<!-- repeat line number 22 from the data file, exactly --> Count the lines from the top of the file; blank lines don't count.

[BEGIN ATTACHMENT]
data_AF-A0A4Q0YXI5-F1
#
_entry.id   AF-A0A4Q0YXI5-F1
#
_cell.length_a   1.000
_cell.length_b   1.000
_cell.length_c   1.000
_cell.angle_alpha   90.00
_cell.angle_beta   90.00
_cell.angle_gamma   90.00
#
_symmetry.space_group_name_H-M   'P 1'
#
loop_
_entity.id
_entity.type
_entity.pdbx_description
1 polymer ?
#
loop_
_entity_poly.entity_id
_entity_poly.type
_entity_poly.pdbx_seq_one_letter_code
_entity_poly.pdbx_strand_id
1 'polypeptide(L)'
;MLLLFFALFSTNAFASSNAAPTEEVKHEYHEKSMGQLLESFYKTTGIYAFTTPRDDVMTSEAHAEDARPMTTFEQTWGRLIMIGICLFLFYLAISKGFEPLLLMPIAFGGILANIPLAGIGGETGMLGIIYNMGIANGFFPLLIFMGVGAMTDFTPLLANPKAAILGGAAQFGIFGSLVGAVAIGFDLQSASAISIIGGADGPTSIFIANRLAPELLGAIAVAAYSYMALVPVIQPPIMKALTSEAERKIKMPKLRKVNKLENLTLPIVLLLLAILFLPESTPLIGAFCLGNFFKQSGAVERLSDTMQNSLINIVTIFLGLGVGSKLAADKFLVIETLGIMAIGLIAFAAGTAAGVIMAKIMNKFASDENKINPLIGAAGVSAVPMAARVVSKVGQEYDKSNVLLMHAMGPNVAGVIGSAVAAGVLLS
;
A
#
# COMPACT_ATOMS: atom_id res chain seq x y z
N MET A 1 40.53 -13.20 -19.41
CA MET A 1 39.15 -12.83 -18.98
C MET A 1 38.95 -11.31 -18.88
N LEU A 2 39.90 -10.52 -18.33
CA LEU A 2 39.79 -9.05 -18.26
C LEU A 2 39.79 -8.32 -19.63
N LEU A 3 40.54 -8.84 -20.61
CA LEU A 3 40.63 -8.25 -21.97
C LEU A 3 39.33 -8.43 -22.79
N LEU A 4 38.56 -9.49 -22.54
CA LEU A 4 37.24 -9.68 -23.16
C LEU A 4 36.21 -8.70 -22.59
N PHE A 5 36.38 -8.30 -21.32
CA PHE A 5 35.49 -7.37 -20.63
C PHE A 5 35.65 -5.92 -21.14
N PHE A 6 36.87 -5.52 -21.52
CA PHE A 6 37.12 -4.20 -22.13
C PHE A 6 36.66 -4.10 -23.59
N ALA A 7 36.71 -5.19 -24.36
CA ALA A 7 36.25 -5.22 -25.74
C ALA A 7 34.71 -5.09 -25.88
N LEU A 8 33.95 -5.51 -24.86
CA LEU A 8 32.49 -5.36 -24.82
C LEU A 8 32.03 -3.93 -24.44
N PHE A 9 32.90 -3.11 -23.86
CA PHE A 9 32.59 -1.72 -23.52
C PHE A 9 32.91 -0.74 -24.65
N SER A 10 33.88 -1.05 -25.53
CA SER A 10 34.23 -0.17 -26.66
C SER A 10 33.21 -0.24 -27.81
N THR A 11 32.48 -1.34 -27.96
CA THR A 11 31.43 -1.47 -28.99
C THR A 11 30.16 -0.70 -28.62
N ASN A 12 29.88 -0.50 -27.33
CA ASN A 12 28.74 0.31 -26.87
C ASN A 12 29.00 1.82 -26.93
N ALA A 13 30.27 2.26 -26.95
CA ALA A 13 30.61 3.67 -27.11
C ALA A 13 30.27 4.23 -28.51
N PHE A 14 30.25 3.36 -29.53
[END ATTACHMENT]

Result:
_entity_poly.type